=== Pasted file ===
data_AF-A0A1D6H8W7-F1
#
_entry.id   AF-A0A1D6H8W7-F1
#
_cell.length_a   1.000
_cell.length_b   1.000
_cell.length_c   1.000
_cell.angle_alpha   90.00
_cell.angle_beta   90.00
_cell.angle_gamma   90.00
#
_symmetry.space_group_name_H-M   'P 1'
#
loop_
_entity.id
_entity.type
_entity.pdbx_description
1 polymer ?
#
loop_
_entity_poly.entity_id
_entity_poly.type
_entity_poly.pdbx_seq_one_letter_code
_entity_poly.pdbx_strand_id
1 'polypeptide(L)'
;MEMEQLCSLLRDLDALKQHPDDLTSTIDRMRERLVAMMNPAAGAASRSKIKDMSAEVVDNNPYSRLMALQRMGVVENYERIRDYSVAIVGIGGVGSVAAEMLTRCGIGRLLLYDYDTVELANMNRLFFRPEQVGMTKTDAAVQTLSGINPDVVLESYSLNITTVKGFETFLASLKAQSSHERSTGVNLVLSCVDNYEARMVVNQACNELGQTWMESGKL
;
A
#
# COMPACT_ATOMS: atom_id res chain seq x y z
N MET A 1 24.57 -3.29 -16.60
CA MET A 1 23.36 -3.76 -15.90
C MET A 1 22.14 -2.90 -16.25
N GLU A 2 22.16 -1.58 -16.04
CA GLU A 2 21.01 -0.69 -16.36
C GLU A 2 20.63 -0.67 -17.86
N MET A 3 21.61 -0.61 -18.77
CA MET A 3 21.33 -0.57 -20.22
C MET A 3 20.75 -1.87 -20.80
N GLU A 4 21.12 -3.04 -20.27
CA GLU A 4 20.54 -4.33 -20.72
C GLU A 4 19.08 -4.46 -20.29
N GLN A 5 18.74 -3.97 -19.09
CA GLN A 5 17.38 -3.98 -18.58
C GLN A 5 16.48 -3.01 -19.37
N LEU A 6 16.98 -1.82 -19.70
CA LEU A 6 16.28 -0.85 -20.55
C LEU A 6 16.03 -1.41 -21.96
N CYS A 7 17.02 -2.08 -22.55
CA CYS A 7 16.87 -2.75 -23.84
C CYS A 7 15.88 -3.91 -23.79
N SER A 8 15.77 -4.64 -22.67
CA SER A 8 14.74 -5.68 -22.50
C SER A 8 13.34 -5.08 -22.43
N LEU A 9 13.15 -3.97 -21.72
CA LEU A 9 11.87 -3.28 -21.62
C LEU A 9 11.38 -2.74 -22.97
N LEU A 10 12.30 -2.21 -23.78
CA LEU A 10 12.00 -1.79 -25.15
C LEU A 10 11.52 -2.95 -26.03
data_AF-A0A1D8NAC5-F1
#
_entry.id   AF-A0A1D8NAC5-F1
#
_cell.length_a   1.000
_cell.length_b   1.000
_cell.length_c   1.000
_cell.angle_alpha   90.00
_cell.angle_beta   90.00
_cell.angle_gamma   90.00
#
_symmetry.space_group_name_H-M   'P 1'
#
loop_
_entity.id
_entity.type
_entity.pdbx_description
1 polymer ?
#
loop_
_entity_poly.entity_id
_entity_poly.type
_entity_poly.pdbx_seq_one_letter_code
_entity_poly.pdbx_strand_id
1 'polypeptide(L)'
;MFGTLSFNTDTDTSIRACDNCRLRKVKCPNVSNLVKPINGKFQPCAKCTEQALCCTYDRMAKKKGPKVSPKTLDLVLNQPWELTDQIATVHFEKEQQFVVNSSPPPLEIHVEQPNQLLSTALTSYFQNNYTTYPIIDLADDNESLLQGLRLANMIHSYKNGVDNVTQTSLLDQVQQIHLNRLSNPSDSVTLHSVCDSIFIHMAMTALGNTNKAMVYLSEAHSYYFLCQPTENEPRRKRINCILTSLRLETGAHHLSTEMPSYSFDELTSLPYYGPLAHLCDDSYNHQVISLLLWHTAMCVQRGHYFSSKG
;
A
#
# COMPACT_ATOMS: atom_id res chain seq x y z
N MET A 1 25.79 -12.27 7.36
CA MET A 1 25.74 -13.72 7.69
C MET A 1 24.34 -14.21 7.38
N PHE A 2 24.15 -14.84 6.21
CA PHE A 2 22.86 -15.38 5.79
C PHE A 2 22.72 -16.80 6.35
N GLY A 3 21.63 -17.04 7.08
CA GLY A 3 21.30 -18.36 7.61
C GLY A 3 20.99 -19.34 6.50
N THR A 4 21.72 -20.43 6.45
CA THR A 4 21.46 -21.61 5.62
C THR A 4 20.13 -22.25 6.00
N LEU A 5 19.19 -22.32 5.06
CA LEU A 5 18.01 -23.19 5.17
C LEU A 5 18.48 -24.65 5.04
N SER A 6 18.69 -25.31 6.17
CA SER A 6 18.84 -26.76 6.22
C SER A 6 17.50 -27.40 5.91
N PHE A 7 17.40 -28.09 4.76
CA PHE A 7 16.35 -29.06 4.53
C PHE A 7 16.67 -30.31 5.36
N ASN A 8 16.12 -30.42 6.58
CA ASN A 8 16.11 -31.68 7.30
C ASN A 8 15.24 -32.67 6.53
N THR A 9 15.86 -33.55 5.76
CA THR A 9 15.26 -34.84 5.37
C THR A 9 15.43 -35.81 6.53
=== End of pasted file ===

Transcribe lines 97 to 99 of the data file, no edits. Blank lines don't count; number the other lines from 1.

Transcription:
N GLY A 3 21.63 -17.04 7.08
CA GLY A 3 21.30 -18.36 7.61
C GLY A 3 20.99 -19.34 6.50